Wednesday, April 2, 2008

The Myth Of Manliness

A few years ago a man was hiking and camping in (I think) the canyon-lands of Southern Utah. He found himself pinned by his own perilous machismo. His arm or hand trapped under a rock too large for him to move. The reason this story got big headlines, was his cutting off of his trapped limb to free himself. I remember at the time thinking that his “heroism” should really have been called “stupidity,” and the story would have been about what not to do in the wilderness, instead of deifying this reckless man. Mostly male reporters and pundits told this story with slavish admiration for such a manly man. I feel far more sympathy for the wolves and coyotes who gnaw off their legs to free themselves from traps set by cattlemen and ranchers on mostly forest service lands leased out for chicken feed. But that’s another story.

I have, over the past couple of years, heard Tucker Carlson whine on TV about his fear that we, the America people, would see ourselves as “unmanly” if we leave Iraq before we’ve finished “the job.” And the first thing out of my mouth as I sit there listening to him say this crap, is “Jesus Christ Tucker, are you so insecure in your manhood, your manliness that you would continue this stupid slaughter just to protect your notion of yourself as virile? “ Tucker, your fear and loathing of the feminine is showing. Wouldn’t we be better served in the world, and in our own eyes, if we were seen as smart and careful with our awesome might, not just reckless and blundering as we have been in our nearly eight years of macho politics and policy, led by the “manly” “cowboy” “from Texas?” I put those last three in quotations because they are inventions, designed to make a rich boy from Connecticut, sent to the best schools money buy can buy, (and who claims to be proud of his gentleman’s C’s or B’s and his inability to speak the English language with anything amounting to grace or intelligence), who was reckless and foolish in youth, avoided real military service during The Vietnam War, a man who never succeeded at anything without the connections his family and his class provided to keep him from being a total embarrassment to them and their peers, steal an election and put him in office as the PRESIDENT OF THESE UNITED STATES! !?? Where the hell is the manliness in any of that. That looks like cronies making sure cronies get richer and stay that way.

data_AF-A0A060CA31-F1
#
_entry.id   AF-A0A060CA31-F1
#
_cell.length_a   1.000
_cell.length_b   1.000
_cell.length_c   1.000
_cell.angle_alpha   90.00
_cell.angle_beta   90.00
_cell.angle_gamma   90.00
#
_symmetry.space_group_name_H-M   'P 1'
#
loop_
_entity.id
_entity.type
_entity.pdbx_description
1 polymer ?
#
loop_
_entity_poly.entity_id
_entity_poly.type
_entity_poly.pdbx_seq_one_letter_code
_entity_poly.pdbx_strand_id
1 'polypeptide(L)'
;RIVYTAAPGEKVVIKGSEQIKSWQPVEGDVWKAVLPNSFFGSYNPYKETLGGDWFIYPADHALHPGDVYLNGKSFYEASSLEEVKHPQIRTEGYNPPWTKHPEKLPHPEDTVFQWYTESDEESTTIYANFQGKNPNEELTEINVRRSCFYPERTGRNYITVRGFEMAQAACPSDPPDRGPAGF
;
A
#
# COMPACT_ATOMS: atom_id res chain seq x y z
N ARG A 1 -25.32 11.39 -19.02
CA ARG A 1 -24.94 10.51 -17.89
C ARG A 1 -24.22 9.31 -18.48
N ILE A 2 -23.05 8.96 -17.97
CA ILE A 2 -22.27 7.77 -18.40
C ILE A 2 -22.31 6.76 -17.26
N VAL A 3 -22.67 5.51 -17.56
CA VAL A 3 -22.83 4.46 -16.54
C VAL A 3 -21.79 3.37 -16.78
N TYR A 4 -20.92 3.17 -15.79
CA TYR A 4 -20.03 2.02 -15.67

Tucker, I’m not picking on you. I just happen to prefer MSNBC over CNN, but other than Keith Olbermann, you have all become unwatchable. Chris Matthews can’t ask a question of one of his guests or panelists without interrupting or talking over the guest and answering the question himself. He is so damned rude and dismissive of anyone who doesn’t share his own prejudices that he has become a joke. I got so sick of having him describe our only female candidate running for President as “strident” and her laugh as a “cackle” that I had to stop watching him. Do either of those things have anything to do with her fitness to be President? Are we really that shallow? His manliness is showing a little too much, and it’s embarrassing to look at. Ditto Lou Dobbs on CNN with his rabid hatred of “illegal immigrants.” Is Lou Dobbs descended from Native Americans? I am. And I look at all you white guys as Illegal Immigrants. A pox on all your immigrant ancestors and their manliness behind a gun, spreading “Democracy” and calling it Manifest Destiny (just a code word for pillage and plunder, as far as I can see) in their quest to rape the world of all it’s gifts. Take your manliness and shove it.